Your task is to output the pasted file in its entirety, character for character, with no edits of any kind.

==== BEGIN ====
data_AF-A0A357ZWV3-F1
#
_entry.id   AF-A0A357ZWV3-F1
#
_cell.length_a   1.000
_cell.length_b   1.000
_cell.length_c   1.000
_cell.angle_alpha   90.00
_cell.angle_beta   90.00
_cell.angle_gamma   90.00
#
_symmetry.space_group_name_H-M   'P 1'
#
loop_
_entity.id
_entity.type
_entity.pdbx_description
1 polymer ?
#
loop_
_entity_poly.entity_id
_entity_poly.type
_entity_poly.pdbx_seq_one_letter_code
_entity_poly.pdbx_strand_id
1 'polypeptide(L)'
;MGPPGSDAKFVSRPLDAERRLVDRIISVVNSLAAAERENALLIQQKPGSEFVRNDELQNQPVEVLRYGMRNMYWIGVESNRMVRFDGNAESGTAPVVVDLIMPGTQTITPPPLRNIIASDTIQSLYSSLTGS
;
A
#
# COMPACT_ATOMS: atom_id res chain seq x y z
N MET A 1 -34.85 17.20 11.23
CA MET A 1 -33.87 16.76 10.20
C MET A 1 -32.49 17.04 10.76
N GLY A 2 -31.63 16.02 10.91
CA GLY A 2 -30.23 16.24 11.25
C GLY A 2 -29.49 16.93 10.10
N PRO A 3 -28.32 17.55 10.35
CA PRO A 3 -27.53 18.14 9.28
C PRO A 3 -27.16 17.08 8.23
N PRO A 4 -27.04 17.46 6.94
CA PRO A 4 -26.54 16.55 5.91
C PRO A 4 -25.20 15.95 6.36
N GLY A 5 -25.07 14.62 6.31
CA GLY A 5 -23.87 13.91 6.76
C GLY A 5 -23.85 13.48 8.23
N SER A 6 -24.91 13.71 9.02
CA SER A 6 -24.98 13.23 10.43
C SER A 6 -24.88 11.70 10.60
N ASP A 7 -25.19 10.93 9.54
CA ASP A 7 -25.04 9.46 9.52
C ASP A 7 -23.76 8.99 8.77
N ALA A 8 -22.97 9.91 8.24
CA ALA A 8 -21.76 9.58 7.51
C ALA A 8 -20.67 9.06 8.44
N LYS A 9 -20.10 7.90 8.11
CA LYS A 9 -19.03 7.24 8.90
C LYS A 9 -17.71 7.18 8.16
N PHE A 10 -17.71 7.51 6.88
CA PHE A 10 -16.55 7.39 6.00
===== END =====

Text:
data_AF-A0A357ZWV3-F1
#
_entry.id   AF-A0A357ZWV3-F1
#
_cell.length_a   1.000
_cell.length_b   1.000
_cell.length_c   1.000
_cell.angle_alpha   90.00
_cell.angle_beta   90.00
_cell.angle_gamma   90.00
#
_symmetry.space_group_name_H-M   'P 1'
#
loop_
_entity.id
_entity.type
_entity.pdbx_description
1 polymer ?
#
loop_
_entity_poly.entity_id
_entity_poly.type
_entity_poly.pdbx_seq_one_letter_code
_entity_poly.pdbx_strand_id
1 'polypeptide(L)'
;MGPPGSDAKFVSRPLDAERRLVDRIISVVNSLAAAERENALLIQQKPGSEFVRNDELQNQPVEVLRYGMRNMYWIGVESNRMVRFDGNAESGTAPVVVDLIMPGTQTITPPPLRNIIASDTIQSLYSSLTGS
;
A
#
# COMPACT_ATOMS: atom_id res chain seq x y z
N MET A 1 -34.85 17.20 11.23
CA MET A 1 -33.87 16.76 10.20
C MET A 1 -32.49 17.04 10.76
N GLY A 2 -31.63 16.02 10.91
CA GLY A 2 -30.23 16.24 11.25
C GLY A 2 -29.49 16.93 10.10
N PRO A 3 -28.32 17.55 10.35
CA PRO A 3 -27.53 18.14 9.28
C PRO A 3 -27.16 17.08 8.23
N PRO A 4 -27.04 17.46 6.94
CA PRO A 4 -26.54 16.55 5.91
C PRO A 4 -25.20 15.95 6.36
N GLY A 5 -25.07 14.62 6.31
CA GLY A 5 -23.87 13.91 6.76
C GLY A 5 -23.85 13.48 8.23
N SER A 6 -24.91 13.71 9.02
CA SER A 6 -24.98 13.23 10.43
C SER A 6 -24.88 11.70 10.60
N ASP A 7 -25.19 10.93 9.54
CA ASP A 7 -25.04 9.46 9.52
C ASP A 7 -23.76 8.99 8.77
N ALA A 8 -22.97 9.91 8.24
CA ALA A 8 -21.76 9.58 7.51
C ALA A 8 -20.67 9.06 8.44
N LYS A 9 -20.10 7.90 8.11
CA LYS A 9 -19.03 7.24 8.90
C LYS A 9 -17.71 7.18 8.16
N PHE A 10 -17.71 7.51 6.88
CA PHE A 10 -16.55 7.39 6.00